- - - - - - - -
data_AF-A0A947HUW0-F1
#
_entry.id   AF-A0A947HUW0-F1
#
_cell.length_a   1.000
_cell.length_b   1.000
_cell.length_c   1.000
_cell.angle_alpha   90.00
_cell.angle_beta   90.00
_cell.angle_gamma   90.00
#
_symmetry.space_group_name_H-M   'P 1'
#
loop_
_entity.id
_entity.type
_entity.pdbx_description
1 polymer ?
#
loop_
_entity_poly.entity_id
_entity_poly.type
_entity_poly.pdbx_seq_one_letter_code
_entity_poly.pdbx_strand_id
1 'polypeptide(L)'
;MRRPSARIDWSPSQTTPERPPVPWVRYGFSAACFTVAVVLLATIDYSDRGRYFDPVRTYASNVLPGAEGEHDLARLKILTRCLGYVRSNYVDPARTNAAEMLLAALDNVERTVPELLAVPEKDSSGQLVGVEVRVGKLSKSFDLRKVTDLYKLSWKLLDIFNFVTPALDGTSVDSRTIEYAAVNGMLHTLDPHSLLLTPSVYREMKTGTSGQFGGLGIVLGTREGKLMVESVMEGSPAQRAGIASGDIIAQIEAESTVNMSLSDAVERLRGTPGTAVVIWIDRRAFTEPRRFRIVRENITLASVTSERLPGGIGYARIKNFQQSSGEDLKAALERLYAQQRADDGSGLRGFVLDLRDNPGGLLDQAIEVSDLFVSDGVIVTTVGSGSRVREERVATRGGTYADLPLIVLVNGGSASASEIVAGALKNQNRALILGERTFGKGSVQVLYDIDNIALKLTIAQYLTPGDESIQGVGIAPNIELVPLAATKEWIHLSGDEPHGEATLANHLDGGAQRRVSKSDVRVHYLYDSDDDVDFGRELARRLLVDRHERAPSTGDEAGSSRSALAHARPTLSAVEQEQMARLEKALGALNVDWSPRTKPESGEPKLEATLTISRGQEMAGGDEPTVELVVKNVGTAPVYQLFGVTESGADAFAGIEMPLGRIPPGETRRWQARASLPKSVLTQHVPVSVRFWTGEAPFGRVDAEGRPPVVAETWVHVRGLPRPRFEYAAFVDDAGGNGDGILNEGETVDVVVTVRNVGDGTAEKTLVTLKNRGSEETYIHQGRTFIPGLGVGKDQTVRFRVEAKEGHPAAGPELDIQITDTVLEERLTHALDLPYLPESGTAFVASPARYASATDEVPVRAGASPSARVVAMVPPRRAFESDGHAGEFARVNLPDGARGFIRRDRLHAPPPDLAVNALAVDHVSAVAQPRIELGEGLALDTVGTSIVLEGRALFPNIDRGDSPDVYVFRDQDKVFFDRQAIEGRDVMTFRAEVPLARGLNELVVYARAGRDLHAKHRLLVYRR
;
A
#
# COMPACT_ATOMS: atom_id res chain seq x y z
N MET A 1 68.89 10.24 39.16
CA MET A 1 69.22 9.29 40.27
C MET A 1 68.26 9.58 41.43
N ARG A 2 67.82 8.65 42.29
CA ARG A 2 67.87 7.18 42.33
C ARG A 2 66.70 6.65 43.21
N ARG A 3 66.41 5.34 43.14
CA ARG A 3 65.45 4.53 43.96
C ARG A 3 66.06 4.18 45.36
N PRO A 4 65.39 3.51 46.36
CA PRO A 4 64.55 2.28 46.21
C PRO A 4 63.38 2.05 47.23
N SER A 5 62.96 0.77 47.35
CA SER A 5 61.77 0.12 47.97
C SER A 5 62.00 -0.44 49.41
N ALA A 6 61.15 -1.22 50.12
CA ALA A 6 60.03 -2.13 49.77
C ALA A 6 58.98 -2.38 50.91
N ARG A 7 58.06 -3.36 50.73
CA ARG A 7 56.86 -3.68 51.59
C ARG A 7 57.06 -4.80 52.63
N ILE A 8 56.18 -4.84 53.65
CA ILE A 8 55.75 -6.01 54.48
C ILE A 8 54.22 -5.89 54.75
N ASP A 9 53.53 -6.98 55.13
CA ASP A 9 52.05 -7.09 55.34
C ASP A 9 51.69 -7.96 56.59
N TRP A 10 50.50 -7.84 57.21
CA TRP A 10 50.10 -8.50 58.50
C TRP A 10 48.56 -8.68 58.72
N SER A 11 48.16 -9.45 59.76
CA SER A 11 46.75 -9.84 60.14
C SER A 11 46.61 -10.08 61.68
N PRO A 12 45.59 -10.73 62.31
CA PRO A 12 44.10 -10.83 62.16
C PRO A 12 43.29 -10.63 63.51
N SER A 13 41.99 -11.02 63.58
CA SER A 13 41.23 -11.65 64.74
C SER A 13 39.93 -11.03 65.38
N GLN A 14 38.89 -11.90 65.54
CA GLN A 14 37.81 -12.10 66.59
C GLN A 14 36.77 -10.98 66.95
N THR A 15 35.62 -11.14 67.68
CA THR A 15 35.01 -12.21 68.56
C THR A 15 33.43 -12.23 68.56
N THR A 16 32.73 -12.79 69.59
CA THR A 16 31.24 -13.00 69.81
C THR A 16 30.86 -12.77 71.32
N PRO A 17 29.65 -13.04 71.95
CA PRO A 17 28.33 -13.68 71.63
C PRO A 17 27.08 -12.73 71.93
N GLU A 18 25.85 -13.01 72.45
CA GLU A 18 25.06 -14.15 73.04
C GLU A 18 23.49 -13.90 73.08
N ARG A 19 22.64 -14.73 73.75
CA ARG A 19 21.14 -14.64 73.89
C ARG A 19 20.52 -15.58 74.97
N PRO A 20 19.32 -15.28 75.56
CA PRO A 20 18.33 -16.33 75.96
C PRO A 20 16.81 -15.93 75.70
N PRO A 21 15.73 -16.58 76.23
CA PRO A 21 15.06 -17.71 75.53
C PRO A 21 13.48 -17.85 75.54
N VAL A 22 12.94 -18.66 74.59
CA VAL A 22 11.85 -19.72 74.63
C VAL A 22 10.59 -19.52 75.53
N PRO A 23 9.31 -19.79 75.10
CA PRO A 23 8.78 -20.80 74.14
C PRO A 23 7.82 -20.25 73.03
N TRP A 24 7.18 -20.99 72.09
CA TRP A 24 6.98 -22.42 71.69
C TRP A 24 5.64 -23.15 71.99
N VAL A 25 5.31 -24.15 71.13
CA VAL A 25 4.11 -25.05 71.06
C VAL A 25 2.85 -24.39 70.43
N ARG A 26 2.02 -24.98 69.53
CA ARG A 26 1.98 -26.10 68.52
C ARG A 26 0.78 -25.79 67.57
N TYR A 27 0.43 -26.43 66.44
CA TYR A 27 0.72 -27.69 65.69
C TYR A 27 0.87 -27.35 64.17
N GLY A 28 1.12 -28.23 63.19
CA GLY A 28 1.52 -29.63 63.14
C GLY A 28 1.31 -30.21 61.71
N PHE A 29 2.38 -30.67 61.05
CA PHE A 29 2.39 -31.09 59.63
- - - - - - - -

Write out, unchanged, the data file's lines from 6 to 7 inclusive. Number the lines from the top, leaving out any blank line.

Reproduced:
_cell.length_b   1.000
_cell.length_c   1.000